Each of the tabulated furniture polish formulations was prepared by weighing out 1.9 grams of siloxane copolymer, 5.6 grams of dimethyl silicone, and 25.0 grams of "Isopar C" solvent, all at room temperature (i.e., 25° C.). These ingredients were then introduced into a 9-ounce commercially-available screw-top glass jar, and thereafter stirred with a conventional laboratory stirrer, at room temperature, until a uniform mixture was obtained. Next, the above-indicated proportions of formaldehyde and water were weighed out into a beaker and thereafter slowly added to the jar-contained mixture, while continuing stirring of the jar contents, to produce a water-in-oil emulsion. Next, 80 grams of the thus-produced water-in-oil emulsion were weighed out and thereafter introduced into a conventional aerosol container having a volume of 162 milliliters. The aerosol container was then pressurized with about 8.77 to about 8.98 grams of a commercially-available propellant, to provide a propellant-containing formulation having a pressure of about 27 to about 32 pounds per square inch gauge ("psig") at 70 degrees Fahrenheit ("°F."). The propellant utilized consisted of 34 weight percent propane, 26 weight percent isobutane, and 40 weight percent n-butane. For the aerosol container, a suitable commercially-available spray button was selected, for purposes of enabling the propellant-containing furniture polish formulation to provide spray characteristics that would be similar to commercially-available furniture polish formulations.
The formulations identified in Table IV, above, were prepared as follows.
Each of the tabulated conventional furniture polish formulations was prepared by weighing out 2 grams of "Span 80" (brand) surfactant, 22 grams of dimethyl silicone, 1.2 grams of micro-wax, 0.6 grams of refined paraffin, and 80 grams of "Isopar C" solvent into a 1000-milliliter stainless steel beaker, and heating the stainless steel beaker contents to a temperature of about 150°-160° F. until the wax melted. The stainless steel beaker contents were then mixed, while maintaining elevated temperature, to produce a uniform mixture. Thereafter, water at ambient temperature (i.e., about 68°-75° F.) and formaldehyde ("CH2 O") were introduced into a separate beaker and similarly mixed until uniform. Upon becoming uniform, the aqueous CH2 O mixture was slowly added to the stainless steel beaker contents, still being maintained at elevated temperature, while agitating vigorously with a conventional laboratory stirrer, to produce a uniform water-in-oil emulsion. The thus-produced emulsion was then cooled, utilizing a conventional water bath, to about 74° F.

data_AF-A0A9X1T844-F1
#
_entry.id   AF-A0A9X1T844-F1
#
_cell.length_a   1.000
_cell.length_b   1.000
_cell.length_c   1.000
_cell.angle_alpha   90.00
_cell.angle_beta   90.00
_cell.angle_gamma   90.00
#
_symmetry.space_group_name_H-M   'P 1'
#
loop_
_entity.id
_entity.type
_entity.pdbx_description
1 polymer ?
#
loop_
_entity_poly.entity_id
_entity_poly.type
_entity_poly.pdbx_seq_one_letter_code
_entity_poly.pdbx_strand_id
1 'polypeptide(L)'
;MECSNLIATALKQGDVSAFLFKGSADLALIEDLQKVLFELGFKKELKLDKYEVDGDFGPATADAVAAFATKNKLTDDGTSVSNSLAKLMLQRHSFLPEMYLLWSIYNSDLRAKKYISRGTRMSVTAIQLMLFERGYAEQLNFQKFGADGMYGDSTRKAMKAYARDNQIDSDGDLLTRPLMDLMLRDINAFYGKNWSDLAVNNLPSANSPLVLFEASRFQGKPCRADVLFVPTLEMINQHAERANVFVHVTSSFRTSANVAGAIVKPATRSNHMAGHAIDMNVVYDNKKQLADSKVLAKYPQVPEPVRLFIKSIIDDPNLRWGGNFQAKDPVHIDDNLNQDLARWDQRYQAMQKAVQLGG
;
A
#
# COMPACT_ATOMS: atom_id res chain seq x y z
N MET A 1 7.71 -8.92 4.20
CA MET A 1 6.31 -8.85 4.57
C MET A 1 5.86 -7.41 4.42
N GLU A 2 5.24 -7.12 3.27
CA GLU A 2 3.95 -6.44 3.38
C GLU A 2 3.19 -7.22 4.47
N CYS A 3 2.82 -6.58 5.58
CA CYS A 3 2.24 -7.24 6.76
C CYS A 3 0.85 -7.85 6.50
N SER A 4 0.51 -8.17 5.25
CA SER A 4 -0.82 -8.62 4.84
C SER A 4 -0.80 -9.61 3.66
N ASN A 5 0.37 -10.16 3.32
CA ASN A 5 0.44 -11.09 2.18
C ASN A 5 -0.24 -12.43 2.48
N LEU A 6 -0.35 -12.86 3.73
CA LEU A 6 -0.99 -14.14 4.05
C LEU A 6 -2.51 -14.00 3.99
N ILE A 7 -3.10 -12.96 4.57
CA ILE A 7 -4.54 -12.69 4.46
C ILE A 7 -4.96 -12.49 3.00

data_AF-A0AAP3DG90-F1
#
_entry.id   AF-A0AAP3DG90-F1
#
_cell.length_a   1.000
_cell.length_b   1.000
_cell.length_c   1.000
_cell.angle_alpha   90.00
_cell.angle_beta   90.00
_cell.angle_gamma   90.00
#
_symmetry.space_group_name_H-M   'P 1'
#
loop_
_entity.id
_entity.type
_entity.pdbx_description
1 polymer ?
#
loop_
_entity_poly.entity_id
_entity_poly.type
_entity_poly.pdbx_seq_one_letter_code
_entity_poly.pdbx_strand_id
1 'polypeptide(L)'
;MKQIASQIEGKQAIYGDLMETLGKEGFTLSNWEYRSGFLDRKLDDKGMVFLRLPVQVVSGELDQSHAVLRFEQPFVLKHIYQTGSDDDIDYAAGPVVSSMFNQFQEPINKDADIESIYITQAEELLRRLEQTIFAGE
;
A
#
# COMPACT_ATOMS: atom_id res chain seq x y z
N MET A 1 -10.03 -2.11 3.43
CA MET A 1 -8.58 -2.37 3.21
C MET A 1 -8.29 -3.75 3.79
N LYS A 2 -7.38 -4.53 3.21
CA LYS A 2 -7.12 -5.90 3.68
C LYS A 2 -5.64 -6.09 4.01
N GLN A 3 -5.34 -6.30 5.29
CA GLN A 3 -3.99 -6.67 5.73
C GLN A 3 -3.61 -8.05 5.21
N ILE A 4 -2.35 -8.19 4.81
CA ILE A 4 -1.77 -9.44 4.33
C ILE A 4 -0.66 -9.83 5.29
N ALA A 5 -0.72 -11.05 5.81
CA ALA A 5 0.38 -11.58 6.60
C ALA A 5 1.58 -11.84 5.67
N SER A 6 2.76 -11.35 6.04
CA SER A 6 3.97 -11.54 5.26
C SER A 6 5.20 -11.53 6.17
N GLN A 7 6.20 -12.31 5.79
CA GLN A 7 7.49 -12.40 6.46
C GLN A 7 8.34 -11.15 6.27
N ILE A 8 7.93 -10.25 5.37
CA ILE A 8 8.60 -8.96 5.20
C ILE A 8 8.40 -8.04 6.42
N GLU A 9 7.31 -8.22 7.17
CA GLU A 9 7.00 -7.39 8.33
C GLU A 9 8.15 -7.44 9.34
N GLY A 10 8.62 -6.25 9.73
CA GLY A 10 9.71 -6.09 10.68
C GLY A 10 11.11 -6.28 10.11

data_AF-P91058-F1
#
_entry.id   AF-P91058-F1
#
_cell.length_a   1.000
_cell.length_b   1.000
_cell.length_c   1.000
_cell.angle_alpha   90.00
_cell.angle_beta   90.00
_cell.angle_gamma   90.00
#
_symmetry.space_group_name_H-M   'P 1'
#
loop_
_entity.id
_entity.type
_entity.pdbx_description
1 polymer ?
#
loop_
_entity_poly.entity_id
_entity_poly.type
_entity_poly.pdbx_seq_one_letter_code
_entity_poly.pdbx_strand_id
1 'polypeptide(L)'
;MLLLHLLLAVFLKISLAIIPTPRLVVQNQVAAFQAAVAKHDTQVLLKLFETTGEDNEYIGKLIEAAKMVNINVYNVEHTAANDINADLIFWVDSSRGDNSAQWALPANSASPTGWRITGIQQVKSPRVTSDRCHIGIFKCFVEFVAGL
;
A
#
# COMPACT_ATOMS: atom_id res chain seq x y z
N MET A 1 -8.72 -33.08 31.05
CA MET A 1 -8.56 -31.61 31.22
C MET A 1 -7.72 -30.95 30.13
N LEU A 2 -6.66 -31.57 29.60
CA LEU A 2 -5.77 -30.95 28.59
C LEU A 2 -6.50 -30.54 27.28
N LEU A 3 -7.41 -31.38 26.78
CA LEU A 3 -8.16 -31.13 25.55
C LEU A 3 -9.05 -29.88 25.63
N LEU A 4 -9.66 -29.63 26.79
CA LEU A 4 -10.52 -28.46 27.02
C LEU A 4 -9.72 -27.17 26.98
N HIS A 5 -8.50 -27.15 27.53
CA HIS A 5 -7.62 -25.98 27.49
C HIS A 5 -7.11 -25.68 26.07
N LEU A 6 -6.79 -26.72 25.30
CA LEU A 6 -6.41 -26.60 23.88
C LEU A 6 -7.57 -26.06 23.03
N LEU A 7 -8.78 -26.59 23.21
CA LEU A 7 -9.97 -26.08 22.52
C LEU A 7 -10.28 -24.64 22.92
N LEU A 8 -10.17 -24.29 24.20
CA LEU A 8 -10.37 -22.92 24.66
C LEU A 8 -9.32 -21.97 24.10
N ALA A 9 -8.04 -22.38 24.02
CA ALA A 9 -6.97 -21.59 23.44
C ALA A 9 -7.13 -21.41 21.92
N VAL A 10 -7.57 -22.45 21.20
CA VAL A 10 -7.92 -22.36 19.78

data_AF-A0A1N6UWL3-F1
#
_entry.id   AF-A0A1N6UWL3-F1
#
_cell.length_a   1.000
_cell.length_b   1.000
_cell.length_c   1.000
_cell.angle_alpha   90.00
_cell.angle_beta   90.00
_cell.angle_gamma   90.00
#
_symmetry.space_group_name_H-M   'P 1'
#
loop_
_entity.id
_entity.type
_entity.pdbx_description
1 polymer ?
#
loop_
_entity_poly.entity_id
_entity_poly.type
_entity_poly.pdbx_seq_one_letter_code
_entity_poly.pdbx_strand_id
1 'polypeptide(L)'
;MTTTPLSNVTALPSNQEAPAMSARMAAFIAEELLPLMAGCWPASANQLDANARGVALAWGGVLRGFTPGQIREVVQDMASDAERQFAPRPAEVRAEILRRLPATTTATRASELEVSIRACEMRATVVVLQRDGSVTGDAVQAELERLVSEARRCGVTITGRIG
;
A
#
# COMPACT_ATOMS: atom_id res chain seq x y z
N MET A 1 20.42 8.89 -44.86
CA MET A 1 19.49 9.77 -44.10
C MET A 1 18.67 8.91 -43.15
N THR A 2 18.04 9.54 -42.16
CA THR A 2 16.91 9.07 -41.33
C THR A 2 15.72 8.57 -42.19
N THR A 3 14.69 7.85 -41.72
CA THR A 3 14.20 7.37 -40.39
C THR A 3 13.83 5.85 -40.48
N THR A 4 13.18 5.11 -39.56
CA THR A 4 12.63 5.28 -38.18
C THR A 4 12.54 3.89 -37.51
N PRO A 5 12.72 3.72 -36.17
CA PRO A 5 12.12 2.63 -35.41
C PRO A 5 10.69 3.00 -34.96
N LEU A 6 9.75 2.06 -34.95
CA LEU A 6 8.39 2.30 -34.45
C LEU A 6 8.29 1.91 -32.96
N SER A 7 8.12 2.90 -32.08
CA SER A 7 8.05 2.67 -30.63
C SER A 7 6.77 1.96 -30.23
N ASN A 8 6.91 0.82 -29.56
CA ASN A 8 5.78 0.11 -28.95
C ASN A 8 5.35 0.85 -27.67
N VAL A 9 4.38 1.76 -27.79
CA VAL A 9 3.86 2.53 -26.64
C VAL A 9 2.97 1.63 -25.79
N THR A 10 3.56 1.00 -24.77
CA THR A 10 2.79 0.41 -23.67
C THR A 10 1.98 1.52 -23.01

Ten (10) test panels, each measuring about five (5) and three-quarter (3/4) inches by about eight (8) and three-quarter (3/4) inches, were obtained. Each test panel consisted of a smooth, black "FORMICA" (brand) plastic material onto which a conventional high-gloss nitrocellulose furniture finish had been applied. (The word "FORMICA" is occasionally used--albeit improperly--as a generic term for high-pressure laminated sheets of melamine and phenolic plastics for decorative applications as surfacing; insulating material; adhesives for bonding laminated plastic to other surfaces; flakeboard for use as corestock with laminated plastic; and industrial plastics using various thermosetting resins, combined with various base materials for electrical, mechanical and chemical applications. The correct use of the word "FORMICA", however, recognizes that "FORMICA" is a trademark of the Formica Corporation, which is a subsidiary of the American Cyanamid Company of Cincinnati, Ohio.)
Onto each one of the ten (10) test panels, a corresponding one of the ten (10) different furniture polish formulations were twice applied. (The 10 different furniture polish formulations constituted Examples 1-8, representative of my invention, and Examples "D" and "E", representative of certain prior-art furniture polish formulations, all discussed above.) Thereafter, procedures, well known to those skilled in the art, were undertaken to assure effective evaporation of the water and "Isopar C" solvent from each formulation-applied test panel. (In particular, my preferred procedure is to insert each such formulation-applied test panel into a pre-formed well of a larger conventional test panel for purposes of providing an 18-inch by 27-inch polishing area.)
As soon as each such test panel-applied furniture polish formulation appeared to have no further amounts of water and "Isopar C" solvent evaporating therefrom, which was about 5 minutes after application of the furniture polish formulation, each such test panel was placed on a conventional smear-measuring device. (The smear-measuring device which I used, and which is referred to as a "9281 B Measurement Platform", is commercially-available from the Kistler Instrument Company of Amherst, N.Y.)
Each such test panel-applied furniture polish formulation was smeared with a finger and with a knuckle, four (4) times, with downward pressure, which varied between about 0.15 Newtons and about 1.0 Newtons. (One "Newton" is equivalent to 0.2248 pounds of force.)
Each such finger smear was about one-half (1/2) of an inch wide; and each such knuckle smear was about three-sixteenths (3/16) of an inch wide.
Each such thus-smeared test panel-applied furniture polish formulation was then evaluated for initial visibility-of-smear as well as for visibility-of-smear after 20-26 hours of film aging.
The degree-of-smear was visually rated using the following 0-to-8 point scale.